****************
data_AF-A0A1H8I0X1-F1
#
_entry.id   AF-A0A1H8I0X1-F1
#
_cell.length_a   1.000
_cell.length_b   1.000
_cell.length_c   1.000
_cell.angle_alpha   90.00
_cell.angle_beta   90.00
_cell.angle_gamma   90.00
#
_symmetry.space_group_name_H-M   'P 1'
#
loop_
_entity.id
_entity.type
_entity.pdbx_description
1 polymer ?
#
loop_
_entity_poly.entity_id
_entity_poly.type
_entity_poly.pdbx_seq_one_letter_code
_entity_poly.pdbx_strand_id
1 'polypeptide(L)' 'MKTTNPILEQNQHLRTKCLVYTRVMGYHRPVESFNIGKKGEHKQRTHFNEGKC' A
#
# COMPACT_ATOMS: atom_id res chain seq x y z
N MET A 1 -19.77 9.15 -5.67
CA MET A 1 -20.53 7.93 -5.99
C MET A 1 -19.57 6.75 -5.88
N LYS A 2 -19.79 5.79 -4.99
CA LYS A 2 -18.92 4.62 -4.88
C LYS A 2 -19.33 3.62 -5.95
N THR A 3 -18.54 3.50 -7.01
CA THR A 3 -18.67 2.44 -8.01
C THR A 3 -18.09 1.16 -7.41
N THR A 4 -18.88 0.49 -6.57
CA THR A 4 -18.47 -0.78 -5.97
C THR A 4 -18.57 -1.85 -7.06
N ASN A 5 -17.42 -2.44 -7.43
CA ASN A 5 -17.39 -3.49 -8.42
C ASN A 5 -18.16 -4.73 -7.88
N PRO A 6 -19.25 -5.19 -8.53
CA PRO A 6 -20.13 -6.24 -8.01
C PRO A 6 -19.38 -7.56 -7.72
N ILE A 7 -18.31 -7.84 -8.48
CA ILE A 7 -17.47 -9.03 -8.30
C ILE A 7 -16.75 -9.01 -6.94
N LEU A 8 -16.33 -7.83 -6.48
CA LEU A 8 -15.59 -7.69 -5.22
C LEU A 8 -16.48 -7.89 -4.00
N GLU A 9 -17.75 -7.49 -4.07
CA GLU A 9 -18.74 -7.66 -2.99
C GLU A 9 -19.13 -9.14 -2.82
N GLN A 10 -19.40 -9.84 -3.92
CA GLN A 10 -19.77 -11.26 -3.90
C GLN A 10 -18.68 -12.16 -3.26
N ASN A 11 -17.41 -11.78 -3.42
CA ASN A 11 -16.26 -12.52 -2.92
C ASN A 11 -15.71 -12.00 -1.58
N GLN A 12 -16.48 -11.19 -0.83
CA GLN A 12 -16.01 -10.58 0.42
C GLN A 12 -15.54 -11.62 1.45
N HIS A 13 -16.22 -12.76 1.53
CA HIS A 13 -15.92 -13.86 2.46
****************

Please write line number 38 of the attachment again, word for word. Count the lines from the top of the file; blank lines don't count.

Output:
CA THR A 4 -18.47 -0.78 -5.97